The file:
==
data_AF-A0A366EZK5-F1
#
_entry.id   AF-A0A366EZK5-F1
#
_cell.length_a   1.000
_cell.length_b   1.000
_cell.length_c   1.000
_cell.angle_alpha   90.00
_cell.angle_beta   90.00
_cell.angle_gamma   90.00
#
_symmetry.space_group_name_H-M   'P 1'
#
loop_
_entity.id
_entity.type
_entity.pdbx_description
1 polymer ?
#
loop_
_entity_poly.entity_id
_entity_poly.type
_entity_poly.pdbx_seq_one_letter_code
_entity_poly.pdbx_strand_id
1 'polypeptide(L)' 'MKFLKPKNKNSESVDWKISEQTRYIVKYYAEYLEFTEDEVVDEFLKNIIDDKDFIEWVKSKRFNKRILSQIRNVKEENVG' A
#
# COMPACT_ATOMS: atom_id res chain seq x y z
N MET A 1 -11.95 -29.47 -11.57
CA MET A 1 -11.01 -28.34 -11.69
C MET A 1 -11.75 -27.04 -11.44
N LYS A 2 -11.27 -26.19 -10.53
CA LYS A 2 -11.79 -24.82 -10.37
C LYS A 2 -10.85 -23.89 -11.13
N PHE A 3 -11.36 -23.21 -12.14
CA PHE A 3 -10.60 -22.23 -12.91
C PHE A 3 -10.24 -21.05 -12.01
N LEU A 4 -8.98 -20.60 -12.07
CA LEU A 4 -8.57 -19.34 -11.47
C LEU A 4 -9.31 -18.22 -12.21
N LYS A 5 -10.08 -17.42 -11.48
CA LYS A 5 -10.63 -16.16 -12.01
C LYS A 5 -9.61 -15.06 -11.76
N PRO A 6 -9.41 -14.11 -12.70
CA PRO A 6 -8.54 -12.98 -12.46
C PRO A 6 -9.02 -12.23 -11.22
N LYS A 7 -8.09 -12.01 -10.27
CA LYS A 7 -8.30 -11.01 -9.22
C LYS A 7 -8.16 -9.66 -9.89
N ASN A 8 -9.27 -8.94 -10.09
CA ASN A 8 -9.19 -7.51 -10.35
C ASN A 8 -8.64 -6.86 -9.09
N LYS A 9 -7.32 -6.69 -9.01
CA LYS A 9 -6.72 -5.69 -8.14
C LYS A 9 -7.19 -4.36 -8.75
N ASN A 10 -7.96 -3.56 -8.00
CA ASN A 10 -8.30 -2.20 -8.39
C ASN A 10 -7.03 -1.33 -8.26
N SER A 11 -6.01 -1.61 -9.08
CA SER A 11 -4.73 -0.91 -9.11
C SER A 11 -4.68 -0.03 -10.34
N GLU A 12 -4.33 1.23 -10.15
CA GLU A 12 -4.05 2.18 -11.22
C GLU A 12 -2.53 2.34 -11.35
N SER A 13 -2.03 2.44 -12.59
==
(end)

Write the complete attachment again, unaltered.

data_AF-A0A366EZK5-F1
#
_entry.id   AF-A0A366EZK5-F1
#
_cell.length_a   1.000
_cell.length_b   1.000
_cell.length_c   1.000
_cell.angle_alpha   90.00
_cell.angle_beta   90.00
_cell.angle_gamma   90.00
#
_symmetry.space_group_name_H-M   'P 1'
#
loop_
_entity.id
_entity.type
_entity.pdbx_description
1 polymer ?
#
loop_
_entity_poly.entity_id
_entity_poly.type
_entity_poly.pdbx_seq_one_letter_code
_entity_poly.pdbx_strand_id
1 'polypeptide(L)' 'MKFLKPKNKNSESVDWKISEQTRYIVKYYAEYLEFTEDEVVDEFLKNIIDDKDFIEWVKSKRFNKRILSQIRNVKEENVG' A
#
# COMPACT_ATOMS: atom_id res chain seq x y z
N MET A 1 -11.95 -29.47 -11.57
CA MET A 1 -11.01 -28.34 -11.69
C MET A 1 -11.75 -27.04 -11.44
N LYS A 2 -11.27 -26.19 -10.53
CA LYS A 2 -11.79 -24.82 -10.37
C LYS A 2 -10.85 -23.89 -11.13
N PHE A 3 -11.36 -23.21 -12.14
CA PHE A 3 -10.60 -22.23 -12.91
C PHE A 3 -10.24 -21.05 -12.01
N LEU A 4 -8.98 -20.60 -12.07
CA LEU A 4 -8.57 -19.34 -11.47
C LEU A 4 -9.31 -18.22 -12.21
N LYS A 5 -10.08 -17.42 -11.48
CA LYS A 5 -10.63 -16.16 -12.01
C LYS A 5 -9.61 -15.06 -11.76
N PRO A 6 -9.41 -14.11 -12.70
CA PRO A 6 -8.54 -12.98 -12.46
C PRO A 6 -9.02 -12.23 -11.22
N LYS A 7 -8.09 -12.01 -10.27
CA LYS A 7 -8.30 -11.01 -9.22
C LYS A 7 -8.16 -9.66 -9.89
N ASN A 8 -9.27 -8.94 -10.09
CA ASN A 8 -9.19 -7.51 -10.35
C ASN A 8 -8.64 -6.86 -9.09
N LYS A 9 -7.32 -6.69 -9.01
CA LYS A 9 -6.72 -5.69 -8.14
C LYS A 9 -7.19 -4.36 -8.75
N ASN A 10 -7.96 -3.56 -8.00
CA ASN A 10 -8.30 -2.20 -8.39
C ASN A 10 -7.03 -1.33 -8.26
N SER A 11 -6.01 -1.61 -9.08
CA SER A 11 -4.73 -0.91 -9.11
C SER A 11 -4.68 -0.03 -10.34
N GLU A 12 -4.33 1.23 -10.15
CA GLU A 12 -4.05 2.18 -11.22
C GLU A 12 -2.53 2.34 -11.35
N SER A 13 -2.03 2.44 -12.59